Weavers Fields was part of the plan too, although it was supposed to be bigger than it was. One of the figures assisting in the construction of House was Michael Landy, the artist who created 2001. Photograph: John Davies It would be disingenuous to claim that House excites universal acclaim - locally or nationally. The fact that the debate reached the level of Parliament is a testament to the audacity of the project and the reactions it stirred. Indeed, Whiteread and I had looked at several other terraced houses in North and East London through 1992 without success.
She donated half of the money to the housing charity , and the remainder in grants to young artists. As it transpired, the local authorities were not fans — House would stand for no longer than the grudging 80 days it had originally been granted. The meticulous process involved pumping 193 Grove Road full of liquid concrete and stripping off the exterior — that is, the house itself — so that only the impression of its innards remained. She commented on the unique situation in a 2007 Guardian Magazine. Vicky Park is the oldest purpose built recreation ground in London, conceived to curb disease contracted in damp and cramped conditions and as a means harness working-class wildness. Architraves have become chiselled incisions running around the monument, forms as mysterious as the hieroglyphs on Egyptian tombs. There are now so many of these plaques that, peeping through the fence, it looks like they've let in a plague of estate agents to sell off Victoria Park in strips.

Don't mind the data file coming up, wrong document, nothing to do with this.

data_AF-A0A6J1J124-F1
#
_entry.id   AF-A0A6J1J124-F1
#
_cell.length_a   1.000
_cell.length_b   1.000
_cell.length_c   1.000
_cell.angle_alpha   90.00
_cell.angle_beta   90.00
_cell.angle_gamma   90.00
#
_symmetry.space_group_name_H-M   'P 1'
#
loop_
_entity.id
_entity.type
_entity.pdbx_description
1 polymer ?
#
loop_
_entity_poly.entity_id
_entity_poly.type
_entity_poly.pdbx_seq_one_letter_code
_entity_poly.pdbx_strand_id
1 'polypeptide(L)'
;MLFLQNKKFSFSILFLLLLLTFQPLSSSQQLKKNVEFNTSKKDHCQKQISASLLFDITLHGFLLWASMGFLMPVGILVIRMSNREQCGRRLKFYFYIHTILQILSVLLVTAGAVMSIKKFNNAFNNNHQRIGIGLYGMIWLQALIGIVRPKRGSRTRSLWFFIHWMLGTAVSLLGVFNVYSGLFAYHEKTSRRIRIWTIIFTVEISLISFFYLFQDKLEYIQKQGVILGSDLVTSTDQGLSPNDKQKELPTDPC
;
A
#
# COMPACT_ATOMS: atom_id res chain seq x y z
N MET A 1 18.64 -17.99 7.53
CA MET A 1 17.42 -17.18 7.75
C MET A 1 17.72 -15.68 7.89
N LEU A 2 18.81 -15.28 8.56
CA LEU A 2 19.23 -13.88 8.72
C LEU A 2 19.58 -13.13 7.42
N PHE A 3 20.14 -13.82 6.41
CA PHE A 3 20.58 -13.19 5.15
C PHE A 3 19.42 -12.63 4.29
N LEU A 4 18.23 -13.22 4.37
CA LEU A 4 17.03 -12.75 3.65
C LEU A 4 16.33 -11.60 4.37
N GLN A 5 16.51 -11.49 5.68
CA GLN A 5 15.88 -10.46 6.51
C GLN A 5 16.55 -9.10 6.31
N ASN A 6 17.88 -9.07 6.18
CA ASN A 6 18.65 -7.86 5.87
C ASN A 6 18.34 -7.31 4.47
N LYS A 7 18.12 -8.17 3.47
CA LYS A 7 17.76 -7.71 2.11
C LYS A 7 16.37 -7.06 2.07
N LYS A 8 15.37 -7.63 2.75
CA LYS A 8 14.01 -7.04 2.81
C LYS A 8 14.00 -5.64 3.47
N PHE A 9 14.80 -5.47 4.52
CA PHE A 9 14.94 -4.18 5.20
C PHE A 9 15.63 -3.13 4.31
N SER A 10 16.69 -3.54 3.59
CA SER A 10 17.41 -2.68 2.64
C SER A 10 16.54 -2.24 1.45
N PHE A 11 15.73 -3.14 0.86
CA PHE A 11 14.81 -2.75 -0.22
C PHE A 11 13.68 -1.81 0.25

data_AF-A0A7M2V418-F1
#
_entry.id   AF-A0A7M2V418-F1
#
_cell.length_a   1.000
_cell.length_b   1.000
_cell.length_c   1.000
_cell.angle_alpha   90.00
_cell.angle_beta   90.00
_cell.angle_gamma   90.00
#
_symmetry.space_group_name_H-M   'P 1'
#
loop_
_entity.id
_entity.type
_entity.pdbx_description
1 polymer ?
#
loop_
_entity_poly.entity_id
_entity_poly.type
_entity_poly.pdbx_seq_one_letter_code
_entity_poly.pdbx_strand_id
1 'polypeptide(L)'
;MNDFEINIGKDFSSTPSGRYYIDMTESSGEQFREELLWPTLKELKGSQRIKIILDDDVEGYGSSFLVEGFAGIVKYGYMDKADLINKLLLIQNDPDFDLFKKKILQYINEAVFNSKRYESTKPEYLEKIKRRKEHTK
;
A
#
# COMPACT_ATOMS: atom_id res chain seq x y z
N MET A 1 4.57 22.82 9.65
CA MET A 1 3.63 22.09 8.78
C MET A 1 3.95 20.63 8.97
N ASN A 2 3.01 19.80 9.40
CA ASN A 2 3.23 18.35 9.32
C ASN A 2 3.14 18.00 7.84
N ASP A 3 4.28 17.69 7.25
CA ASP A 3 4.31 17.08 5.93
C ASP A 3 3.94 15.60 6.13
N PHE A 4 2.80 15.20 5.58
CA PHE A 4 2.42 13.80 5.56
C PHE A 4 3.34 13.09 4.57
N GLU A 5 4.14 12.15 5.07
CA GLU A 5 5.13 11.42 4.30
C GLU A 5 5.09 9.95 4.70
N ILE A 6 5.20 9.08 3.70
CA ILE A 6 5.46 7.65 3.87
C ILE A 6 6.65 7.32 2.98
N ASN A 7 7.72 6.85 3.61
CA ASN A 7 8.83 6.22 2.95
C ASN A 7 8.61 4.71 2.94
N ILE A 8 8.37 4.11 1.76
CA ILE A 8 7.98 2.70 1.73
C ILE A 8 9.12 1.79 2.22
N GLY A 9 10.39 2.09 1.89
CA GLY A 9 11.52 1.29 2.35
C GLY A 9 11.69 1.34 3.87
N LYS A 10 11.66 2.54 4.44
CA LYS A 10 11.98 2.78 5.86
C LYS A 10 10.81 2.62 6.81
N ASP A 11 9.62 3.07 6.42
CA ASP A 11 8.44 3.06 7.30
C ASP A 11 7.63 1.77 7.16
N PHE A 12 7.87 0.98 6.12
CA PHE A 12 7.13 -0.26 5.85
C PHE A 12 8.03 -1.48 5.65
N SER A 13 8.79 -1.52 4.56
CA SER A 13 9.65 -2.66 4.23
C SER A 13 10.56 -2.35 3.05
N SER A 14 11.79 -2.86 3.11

Photograph: Stephen White The House in the Park: a psychogeographical response By Iain Sinclair 'What did your street look like in the past? After the curing process the wooden wardrobe was discarded and I was left with a perfect replica of the inside. Artangel is generously supported by and the private patronage of the , , and. The Art Newspaper also understands that Eva Rothschild, Catherine Opie, and Alison Watt are due to make works for the new building. These green spaces took time to realise because of the need to acquire the land by compulsory purchase. House always had the potential to be a contentious work of art. Keep reading — check out these , and the.